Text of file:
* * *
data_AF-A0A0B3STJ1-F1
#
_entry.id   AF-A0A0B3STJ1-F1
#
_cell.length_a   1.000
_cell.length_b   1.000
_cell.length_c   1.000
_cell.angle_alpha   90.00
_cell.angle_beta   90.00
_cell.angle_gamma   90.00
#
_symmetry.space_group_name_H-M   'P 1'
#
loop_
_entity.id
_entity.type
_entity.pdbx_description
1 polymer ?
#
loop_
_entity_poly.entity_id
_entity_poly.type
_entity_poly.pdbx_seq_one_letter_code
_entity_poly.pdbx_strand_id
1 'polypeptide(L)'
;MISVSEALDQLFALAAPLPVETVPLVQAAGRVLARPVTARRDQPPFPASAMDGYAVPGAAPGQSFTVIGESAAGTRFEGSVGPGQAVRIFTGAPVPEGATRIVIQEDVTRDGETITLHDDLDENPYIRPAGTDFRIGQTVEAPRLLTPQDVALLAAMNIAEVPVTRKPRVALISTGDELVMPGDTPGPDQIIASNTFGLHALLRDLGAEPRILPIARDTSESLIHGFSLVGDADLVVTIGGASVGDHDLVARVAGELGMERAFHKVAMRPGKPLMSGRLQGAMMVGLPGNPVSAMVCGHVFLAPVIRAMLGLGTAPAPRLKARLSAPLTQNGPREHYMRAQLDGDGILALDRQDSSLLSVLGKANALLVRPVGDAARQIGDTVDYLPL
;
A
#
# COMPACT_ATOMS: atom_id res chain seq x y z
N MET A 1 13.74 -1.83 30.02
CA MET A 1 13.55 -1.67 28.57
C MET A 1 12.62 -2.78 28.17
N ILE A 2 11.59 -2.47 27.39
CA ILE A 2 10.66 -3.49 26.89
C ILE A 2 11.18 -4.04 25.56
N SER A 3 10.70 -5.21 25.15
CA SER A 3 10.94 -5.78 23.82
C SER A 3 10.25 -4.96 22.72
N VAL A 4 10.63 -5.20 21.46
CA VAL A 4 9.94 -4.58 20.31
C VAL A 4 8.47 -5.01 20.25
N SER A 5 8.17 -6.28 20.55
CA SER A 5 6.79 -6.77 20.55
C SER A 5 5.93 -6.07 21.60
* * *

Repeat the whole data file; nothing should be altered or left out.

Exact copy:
data_AF-A0A0B3STJ1-F1
#
_entry.id   AF-A0A0B3STJ1-F1
#
_cell.length_a   1.000
_cell.length_b   1.000
_cell.length_c   1.000
_cell.angle_alpha   90.00
_cell.angle_beta   90.00
_cell.angle_gamma   90.00
#
_symmetry.space_group_name_H-M   'P 1'
#
loop_
_entity.id
_entity.type
_entity.pdbx_description
1 polymer ?
#
loop_
_entity_poly.entity_id
_entity_poly.type
_entity_poly.pdbx_seq_one_letter_code
_entity_poly.pdbx_strand_id
1 'polypeptide(L)'
;MISVSEALDQLFALAAPLPVETVPLVQAAGRVLARPVTARRDQPPFPASAMDGYAVPGAAPGQSFTVIGESAAGTRFEGSVGPGQAVRIFTGAPVPEGATRIVIQEDVTRDGETITLHDDLDENPYIRPAGTDFRIGQTVEAPRLLTPQDVALLAAMNIAEVPVTRKPRVALISTGDELVMPGDTPGPDQIIASNTFGLHALLRDLGAEPRILPIARDTSESLIHGFSLVGDADLVVTIGGASVGDHDLVARVAGELGMERAFHKVAMRPGKPLMSGRLQGAMMVGLPGNPVSAMVCGHVFLAPVIRAMLGLGTAPAPRLKARLSAPLTQNGPREHYMRAQLDGDGILALDRQDSSLLSVLGKANALLVRPVGDAARQIGDTVDYLPL
;
A
#
# COMPACT_ATOMS: atom_id res chain seq x y z
N MET A 1 13.74 -1.83 30.02
CA MET A 1 13.55 -1.67 28.57
C MET A 1 12.62 -2.78 28.17
N ILE A 2 11.59 -2.47 27.39
CA ILE A 2 10.66 -3.49 26.89
C ILE A 2 11.18 -4.04 25.56
N SER A 3 10.70 -5.21 25.15
CA SER A 3 10.94 -5.78 23.82
C SER A 3 10.25 -4.96 22.72
N VAL A 4 10.63 -5.20 21.46
CA VAL A 4 9.94 -4.58 20.31
C VAL A 4 8.47 -5.01 20.25
N SER A 5 8.17 -6.28 20.55
CA SER A 5 6.79 -6.77 20.55
C SER A 5 5.93 -6.07 21.60